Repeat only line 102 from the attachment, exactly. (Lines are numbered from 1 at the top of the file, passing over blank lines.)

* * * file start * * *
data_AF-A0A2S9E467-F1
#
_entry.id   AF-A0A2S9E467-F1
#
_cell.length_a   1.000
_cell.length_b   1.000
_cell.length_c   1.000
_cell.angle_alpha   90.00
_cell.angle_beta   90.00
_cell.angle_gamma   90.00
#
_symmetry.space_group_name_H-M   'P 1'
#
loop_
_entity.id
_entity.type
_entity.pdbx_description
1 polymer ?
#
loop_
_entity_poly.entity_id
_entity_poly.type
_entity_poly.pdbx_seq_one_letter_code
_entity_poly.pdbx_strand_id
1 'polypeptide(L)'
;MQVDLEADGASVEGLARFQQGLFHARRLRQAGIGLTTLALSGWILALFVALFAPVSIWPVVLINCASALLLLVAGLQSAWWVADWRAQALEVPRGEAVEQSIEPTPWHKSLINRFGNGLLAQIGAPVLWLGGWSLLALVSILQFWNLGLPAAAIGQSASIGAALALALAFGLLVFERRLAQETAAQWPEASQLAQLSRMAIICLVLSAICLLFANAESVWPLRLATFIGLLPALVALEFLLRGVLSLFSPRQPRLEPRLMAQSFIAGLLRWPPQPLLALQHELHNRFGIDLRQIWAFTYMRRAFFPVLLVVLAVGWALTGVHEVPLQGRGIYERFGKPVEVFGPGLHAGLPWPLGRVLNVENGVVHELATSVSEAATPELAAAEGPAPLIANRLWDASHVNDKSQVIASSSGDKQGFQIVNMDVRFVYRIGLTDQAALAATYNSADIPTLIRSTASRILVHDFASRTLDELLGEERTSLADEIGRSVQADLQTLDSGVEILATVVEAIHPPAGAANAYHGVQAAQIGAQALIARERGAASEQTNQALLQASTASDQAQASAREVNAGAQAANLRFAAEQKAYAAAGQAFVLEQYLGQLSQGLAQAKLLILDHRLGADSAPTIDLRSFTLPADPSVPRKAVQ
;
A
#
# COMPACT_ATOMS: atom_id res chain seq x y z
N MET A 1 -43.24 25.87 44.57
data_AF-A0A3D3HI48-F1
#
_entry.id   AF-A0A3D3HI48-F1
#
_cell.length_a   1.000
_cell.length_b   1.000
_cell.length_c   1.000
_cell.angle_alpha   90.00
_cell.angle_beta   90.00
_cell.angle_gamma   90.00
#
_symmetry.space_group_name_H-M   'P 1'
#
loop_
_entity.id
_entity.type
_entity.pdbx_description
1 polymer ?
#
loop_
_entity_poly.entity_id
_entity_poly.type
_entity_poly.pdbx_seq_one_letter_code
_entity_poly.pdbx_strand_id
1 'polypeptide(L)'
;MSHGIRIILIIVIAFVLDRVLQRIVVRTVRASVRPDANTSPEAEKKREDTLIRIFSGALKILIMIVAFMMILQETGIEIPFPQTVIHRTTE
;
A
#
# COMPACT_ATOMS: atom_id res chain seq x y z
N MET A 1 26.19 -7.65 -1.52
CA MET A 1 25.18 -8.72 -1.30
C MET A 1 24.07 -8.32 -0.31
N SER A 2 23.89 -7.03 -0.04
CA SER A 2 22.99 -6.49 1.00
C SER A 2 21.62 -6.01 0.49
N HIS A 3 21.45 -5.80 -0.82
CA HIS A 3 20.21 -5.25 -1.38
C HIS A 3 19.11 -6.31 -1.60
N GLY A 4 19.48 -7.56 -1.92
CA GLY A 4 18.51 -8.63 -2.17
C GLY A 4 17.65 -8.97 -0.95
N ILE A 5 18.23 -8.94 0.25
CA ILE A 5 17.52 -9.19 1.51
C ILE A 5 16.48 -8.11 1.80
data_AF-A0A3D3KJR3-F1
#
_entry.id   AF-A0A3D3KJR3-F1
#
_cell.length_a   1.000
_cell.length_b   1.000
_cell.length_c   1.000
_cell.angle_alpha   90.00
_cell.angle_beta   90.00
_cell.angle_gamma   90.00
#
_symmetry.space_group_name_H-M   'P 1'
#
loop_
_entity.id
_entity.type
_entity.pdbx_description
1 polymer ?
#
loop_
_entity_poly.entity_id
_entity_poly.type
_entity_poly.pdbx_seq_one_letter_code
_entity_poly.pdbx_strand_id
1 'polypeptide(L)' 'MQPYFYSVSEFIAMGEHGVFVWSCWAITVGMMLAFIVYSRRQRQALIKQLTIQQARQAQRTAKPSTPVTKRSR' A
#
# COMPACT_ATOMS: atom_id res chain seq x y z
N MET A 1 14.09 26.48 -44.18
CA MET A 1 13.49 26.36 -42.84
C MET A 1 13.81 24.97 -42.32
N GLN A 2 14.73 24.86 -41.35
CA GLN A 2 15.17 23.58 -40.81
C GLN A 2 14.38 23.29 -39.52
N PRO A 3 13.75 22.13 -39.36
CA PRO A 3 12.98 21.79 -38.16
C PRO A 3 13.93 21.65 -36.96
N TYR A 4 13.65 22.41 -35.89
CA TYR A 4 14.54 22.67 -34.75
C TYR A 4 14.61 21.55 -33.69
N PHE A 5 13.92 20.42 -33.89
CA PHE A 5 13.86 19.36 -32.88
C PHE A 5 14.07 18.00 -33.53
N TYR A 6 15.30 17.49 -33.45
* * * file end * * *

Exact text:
#